This past weekend was my first time in the hot pass areas of the garage and pits of a NASCAR race.
There was a lot in the infield. Haulers, stock cars, tires, drivers, pit crew members and whole lot more, but one thing I didn't see much of: fat guys.
NASCAR is a sport that requires significant athletic ability; there's just no place for the overweight in a garage.
Unlike other sports, you can't park a big guy in the lane to collect rebounds or line him up at nose tackle to bowl through an offensive line. There's no designated hitter or first base position in NASCAR where you can hide a player that lacks mobility. Cars travel at well over 100 miles per hour (sometimes 200) in this sport, and a four-tire pit stop with a full tank of gas and token chassis adjustment takes 15 seconds (hopefully less, if you want your driver to win).
There's nowhere for the slow or out-of-shape in this sport. Reese Bobby said it best in Talladega Nights when he gave Ricky the advice: "If you're not first, you're last!"
Golden Tate must not have watched that movie...
...Ok, a week ago, I would have seen a lot of blank looks. Before the ESPYs, Golden Tate was just some no-name wide receiver with the otherwise forgettable Seattle Seahawks that formerly caught some touchdowns for a similarly uninspiring University of Notre Dame team. Among the people that had no idea who he was: "Five-time" Jimmie Johnson, whom Tate tweeted about
In response to Johnson's nomination for Best Male Athlete, Tate tweeted: "Jimmy johnson up for best athlete???? Um nooo .. Driving a car does not show athleticism"
The first sign of ignorance is that he can't spell Jimmie's name properly. For the record, I have to suppose that he wouldn't have considered Toni Stuart or Kile Bush athletes either.
Aside from him exuding the average spelling of a wide receiver, he continued to perpetuate the self-centered mentality of a wideout by going on to make the classic, outlandish guarantee. "Guarantee he couldn't in million year play any SPORT," he tweeted.
Wow, despite all the years of Terrell Owens and Chad "Eight-Five" Ochocinco, I haven't heard something that dumb since Roy Williams played for the Detroit Lions and stated after a game, "It's stupid how close we were to putting up 40 [points]." (The Lions scored six points that game - both field goals.)
When asked about the comments this past Friday, Jimmie Johnson seemed very level-headed. "As a race car driver, that's something we've fought all along, so it wasn't anything new. I didn't take great offense to it." He went on to admit he'd never heard of Tate before the tweet but made an open invitation for the football player to attend a race and learn more about the sport.
For Tate, his learning began immediately after he hit "Tweet," as he incurred the wrath of the most united fan base in the country: NASCAR. Fans were quick to jump on Tate and make him realize just how wrong he was.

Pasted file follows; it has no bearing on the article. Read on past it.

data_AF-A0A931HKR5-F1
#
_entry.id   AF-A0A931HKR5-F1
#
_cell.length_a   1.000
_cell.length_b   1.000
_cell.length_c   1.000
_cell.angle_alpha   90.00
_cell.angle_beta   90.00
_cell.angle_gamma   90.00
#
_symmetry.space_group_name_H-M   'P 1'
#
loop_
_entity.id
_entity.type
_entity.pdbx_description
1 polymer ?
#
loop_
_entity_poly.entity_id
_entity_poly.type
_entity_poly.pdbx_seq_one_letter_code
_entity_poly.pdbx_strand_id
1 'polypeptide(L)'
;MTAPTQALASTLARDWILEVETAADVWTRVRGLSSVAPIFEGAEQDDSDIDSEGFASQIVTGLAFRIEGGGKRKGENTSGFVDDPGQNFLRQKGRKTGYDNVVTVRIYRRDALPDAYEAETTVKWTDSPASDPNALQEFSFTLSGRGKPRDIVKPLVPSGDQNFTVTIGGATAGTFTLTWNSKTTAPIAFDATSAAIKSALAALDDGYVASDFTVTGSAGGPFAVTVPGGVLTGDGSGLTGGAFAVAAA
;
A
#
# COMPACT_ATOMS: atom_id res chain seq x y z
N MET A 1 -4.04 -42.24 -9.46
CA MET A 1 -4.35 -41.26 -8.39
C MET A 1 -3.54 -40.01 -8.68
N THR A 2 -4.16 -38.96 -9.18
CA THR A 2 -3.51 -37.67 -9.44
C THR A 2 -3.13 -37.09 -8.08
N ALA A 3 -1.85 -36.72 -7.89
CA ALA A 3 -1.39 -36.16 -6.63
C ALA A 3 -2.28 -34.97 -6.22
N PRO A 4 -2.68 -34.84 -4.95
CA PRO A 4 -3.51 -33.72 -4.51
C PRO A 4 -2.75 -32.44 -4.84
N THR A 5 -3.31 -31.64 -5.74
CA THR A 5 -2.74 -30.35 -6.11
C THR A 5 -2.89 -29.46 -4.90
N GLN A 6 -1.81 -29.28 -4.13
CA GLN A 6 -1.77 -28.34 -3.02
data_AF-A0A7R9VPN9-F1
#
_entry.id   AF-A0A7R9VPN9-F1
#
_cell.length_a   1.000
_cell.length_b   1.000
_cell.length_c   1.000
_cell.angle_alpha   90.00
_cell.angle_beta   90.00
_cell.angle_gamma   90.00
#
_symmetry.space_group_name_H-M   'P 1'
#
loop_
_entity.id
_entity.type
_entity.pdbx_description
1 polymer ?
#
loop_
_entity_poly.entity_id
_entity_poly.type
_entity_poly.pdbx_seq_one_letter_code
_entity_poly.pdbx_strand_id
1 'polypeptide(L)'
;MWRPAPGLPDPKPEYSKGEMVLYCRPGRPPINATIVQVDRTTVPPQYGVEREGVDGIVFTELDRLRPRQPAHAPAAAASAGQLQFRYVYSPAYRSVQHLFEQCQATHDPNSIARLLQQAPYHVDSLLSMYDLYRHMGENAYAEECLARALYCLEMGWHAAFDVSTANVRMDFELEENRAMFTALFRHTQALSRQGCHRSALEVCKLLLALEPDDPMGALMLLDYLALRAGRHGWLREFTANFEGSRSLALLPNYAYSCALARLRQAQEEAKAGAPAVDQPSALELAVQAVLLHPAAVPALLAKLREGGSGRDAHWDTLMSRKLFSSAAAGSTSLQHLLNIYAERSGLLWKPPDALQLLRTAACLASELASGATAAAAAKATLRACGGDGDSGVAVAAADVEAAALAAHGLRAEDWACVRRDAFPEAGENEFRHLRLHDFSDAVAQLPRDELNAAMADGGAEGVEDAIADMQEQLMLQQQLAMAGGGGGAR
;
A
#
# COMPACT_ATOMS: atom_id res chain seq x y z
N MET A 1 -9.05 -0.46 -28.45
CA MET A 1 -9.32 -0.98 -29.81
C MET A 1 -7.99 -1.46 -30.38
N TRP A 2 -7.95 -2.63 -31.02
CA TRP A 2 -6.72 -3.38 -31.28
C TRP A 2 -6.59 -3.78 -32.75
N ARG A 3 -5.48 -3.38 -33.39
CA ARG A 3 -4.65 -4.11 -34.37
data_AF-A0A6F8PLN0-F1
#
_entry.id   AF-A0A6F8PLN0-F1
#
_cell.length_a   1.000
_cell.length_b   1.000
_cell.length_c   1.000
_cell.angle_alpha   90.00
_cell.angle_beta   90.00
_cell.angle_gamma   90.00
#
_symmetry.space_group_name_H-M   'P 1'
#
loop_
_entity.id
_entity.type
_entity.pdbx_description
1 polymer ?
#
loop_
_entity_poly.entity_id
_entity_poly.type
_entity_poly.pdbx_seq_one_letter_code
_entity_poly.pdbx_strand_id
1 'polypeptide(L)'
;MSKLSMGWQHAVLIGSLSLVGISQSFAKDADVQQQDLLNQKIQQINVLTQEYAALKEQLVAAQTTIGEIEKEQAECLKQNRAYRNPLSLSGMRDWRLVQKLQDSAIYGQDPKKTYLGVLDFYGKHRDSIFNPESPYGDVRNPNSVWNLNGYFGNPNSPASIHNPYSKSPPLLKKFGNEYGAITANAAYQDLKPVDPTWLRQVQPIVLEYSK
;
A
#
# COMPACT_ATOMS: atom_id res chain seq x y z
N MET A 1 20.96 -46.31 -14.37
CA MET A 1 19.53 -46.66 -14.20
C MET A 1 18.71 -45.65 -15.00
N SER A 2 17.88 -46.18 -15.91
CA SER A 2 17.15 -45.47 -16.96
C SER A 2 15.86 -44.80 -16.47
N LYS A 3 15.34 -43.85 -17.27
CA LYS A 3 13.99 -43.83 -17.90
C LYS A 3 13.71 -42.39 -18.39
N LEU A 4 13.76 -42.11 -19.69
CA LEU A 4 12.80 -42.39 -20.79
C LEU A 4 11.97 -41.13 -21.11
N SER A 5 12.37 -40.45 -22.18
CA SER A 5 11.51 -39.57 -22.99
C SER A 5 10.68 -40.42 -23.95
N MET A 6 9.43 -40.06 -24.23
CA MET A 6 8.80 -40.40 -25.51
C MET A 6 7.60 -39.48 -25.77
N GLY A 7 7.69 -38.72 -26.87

"I took great pride in watching our sport and all the motorsports fans out there express themselves and share their thoughts," Johnson said of the Tate-induced tweet-up.
Around the garage, drivers shared a similar sentiment to Johnson's.
Nationwide Series contender Elliott Sadler pointed out that [Phillies pitcher] Roy Halladay wouldn't go out and hit a three-pointer for the Dallas Mavericks, but he's definitley one of the best players in baseball.
Top Cup contender Carl Edwards was more blunt. "I thought it was pretty comical," Edwards said. "I, personally, would invite anyone, including Golden Tate or anyone that thinks that Jimmie Johnson's not an athlete, to come out and compete with him in just about anything...a lot of people don't realize how much of an athlete he is."
What most people, especially Tate, don't see is the amount of athletic ability required not only from the drivers, but everyone involved in a successful race team.
It was a big moment for me when I was walking through the pits before Sunday's race and heard one crew member greet a rival crew member. "What are you up to Shaun Peet?"
"Shaun Peet!?" I thought to myself as I turned to look at the guy.
I once watched a Shaun Peet plod around Thompson Arena as a member of the Dartmouth Big Green's ice hockey team in the late 1990s. He was a big, hulking defenseman that totaled just 16 points in four seasons, but brought a fist full of knuckles and spent a good amount of time in the penalty box. After graduating from Dartmouth in 1998, he cruised around the minor hockey league world. Over the course of the next seven years, he played in 336 games, scoring only 16 goals, but racking up 995 penalty minutes.
As I looked over at this Shaun Peet, he appeared to be the same guy...he was!
Perhaps Peet didn't want to see his career penalty minutes go over 1,000, ort more likely he just found a new calling and traded in the penalty box for the pit box.
Now the jackman for Brian Vickers' #83 Red Bull team, Peet still cuts the same striking image he did on hockey skates. He is an example of the athleticism you'll see in the pits and garages of NASCAR.
Most crew members were strong athletes in other sports before joining auto racing; perhaps an all-state high school football player, a small college basketball stand out, maybe even a minor league hockey goon.
No matter what way you dice it. NASCAR is a sport full of athletes, and even Golden Tate seems to be coming to grips with that.
Ultimately, Jimmie Johnson didn't win the award last Wednesday, but it seems that the fallout from the tweets of Golden Tate have only made people more aware of the athletic ability in NASCAR. Hopefully, some day soon everyone will respect drivers as such and one will take home the ESPY for Best Male Athlete. They deserve just as much as the top competitors in the rest of sports.
*A special thanks to Travis Barrett for picking up the blog's slack last week, while I ran around getting prepared for race week.*